West end resident (and burrito enthusiast) Sari Lightman will be launching her burrito by bicycle delivery service on Friday, November 19, 2010.
The delivery area will be east of Roncesvalles, south of Bloor, north of King and west of Spadina on Fridays only between 6pm and 1am. Orders can be placed by phone 416-948-6676 or e-mail firstname.lastname@example.org
It can be easy to forget or simply not use hand signals when cycling. Streetcar tracks, potholes, bike lanes in door zones and other obstacles can have you focusing on keeping both hands on your handlebars. Yet, when it comes to communicating with other road users there is no better way than with hand signals.
Recently, I’ve noticed a lot of debate about how to signal a right turn. In North America, both extending your left arm then angling your forearm up and simply extending your right arm to point in the direction you’re about to go are acceptable. I’ve used both styles, but my default is to use my left arm. Here’s why:
Predictability: Every other hand signal uses your left arm. So, if drivers are looking for these signals (and I certainly hope they are) it makes sense that they will be watching for the movements of your left arm.
Balance: With both hands on the handlebars I use my front brake more than my rear brake to slow my speed and control my balance when slowing, however, with just one hand on the bars I prefer to use my rear brake for speed control. Now, this is less efficient than using the front brake but as I’m already slowing down to turn I don’t feel the need for super efficient braking. Also, should I hit an unexpected bump (and Toronto streets are littered with them) steadying myself and gripping my front brake could send me ass over teakettle.
Bell Ringing: My bell is mounted on the right side of my bars. Should a car door or pedestrian suddenly appear in my path while signaling my thumb is always at the ready. I could yell, but it seems these days that before a scream leaves my lips my thumb has already set my bell singing.
Many will point out that drivers simply do not know what this hand signal means. I can’t declare whether this is true or not but this does work to the final advantage of using your left arm to signal right turns. I’ve found that many drivers are reluctant to pass and slow down behind me when I use my left arm to signal a right turn. It could be that they are confused, it could be that they are startled to see my arm move in such a curious way but no matter what the reason I find that I’m rarely buzzed by cars in the right lane when I signal with my left arm.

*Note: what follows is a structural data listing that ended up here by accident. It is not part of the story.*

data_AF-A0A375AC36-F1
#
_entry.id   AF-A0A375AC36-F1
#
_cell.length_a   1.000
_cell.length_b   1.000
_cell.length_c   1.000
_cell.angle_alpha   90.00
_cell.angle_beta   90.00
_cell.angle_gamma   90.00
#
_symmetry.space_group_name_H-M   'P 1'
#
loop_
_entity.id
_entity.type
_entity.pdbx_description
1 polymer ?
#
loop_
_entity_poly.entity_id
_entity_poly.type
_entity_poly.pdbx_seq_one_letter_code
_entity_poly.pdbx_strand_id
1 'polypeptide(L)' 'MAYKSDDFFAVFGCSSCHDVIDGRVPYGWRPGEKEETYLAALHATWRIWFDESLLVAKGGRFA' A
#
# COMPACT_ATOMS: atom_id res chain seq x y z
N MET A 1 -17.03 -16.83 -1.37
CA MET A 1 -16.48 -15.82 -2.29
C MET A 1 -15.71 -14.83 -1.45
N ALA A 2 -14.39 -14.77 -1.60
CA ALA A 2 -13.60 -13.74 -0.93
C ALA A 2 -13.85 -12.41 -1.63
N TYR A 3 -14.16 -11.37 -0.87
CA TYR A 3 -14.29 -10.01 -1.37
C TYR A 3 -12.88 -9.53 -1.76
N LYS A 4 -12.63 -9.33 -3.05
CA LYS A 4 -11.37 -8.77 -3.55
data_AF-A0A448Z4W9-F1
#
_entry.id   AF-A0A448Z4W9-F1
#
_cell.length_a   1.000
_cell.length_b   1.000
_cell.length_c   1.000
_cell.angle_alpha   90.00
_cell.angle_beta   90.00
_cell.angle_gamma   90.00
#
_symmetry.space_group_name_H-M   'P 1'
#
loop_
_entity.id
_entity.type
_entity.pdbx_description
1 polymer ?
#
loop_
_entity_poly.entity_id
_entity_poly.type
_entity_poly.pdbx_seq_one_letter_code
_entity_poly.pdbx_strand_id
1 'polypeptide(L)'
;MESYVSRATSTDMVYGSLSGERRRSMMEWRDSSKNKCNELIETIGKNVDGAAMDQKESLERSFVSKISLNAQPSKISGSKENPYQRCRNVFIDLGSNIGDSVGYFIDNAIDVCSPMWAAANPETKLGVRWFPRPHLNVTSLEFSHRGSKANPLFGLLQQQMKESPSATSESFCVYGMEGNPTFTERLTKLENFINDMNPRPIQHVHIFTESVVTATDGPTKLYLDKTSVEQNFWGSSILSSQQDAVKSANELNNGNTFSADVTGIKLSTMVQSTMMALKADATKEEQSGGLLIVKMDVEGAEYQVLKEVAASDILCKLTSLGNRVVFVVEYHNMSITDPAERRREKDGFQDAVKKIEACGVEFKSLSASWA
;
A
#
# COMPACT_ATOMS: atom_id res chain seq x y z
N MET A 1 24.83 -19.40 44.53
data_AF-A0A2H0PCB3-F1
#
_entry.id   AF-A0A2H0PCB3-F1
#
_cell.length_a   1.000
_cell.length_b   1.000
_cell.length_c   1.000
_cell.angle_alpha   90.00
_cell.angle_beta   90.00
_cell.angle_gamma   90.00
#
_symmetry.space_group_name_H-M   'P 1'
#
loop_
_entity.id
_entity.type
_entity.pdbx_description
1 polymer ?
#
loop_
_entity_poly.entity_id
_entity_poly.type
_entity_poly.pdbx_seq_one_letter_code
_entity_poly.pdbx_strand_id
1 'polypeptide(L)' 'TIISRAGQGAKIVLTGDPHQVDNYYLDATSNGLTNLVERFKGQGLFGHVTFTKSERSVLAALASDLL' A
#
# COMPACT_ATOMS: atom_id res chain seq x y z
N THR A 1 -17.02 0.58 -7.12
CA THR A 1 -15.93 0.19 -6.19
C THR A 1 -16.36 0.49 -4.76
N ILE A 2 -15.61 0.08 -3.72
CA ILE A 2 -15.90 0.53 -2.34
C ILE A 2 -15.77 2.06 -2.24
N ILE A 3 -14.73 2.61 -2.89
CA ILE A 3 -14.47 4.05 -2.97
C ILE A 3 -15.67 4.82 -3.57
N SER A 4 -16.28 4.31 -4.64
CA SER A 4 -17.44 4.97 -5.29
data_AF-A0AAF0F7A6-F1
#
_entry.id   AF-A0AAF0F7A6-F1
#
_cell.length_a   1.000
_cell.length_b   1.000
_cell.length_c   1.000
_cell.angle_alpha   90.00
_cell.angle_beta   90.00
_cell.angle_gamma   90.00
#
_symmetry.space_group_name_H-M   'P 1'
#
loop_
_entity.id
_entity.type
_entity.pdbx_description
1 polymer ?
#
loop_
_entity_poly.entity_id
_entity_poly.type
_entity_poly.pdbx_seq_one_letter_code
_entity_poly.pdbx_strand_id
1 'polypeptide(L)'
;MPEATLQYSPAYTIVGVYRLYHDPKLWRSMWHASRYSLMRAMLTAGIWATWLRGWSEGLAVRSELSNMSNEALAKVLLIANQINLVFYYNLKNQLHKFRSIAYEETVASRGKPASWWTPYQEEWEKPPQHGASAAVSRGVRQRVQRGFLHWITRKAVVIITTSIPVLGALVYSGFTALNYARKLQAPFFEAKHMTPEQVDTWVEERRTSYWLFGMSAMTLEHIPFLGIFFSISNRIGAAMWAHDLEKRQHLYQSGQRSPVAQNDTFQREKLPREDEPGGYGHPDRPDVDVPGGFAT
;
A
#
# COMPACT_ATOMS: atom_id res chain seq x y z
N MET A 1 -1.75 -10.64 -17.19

And finally, many cyclists seem to think that pointing in the air to signal a turn looks silly and can be confused for a polite wave. Now, I’ve had cyclists riding towards me wave back at me while I was only signaling a turn. But I don’t feel that this is a disadvantage and I actually like to think this just means I’m a friendly, King of Kensington-type who people want to acknowledge.
Sometimes you just don’t want to carry a bag. Active transportation can mean a little sweat, and carrying a bag is a quick way to dampen a shirt. But, with so many active Torontonians using bicycles to get to work and school, you still need to carry books, computers and lunches with you.
Enter the pannier, literally “bread basket,” for carrying your stuff by attaching securely to the rack on your bicycle. Much like backpacks, messenger bags and quite frankly bicycles, there are plenty of choices to be made when choosing a set of panniers. Here are four panniers that can carry what you need and are pleasing to the eye as well:
The combination of leather and canvas on the Basil Kavan II panniers will give a touch to of class to your cargo. Rounded sides provide for heel clearance when pedaling so you can load these up and pedal away effortlessly. For a full review see EcoVelo, available at Curbside Cycle.
The Linus Office Bag is a simple, structured cotton tote that will fit your 13″ laptop or a few books. Leather straps keep your cargo securely fastened and the included shoulder strap makes the transition from bike to office simple. Available at Bikes on Wheels.
The Brooks Brick Lane Roll-Up Panniers are a modern tribute to a more than century old bag design. Updated with magnetic fasteners, the weather resistant cotton with leather finishing easily rolls up when not in use.
New from Mountain Equipment Co-op is the Urban Shopping Tote. This collapsible tote features plastic hooks that won’t ruin your clothing when off the bike and d-rings will accommodate a shoulder strap (not included). Added reflective fabric also improves visibility at night, available at MEC.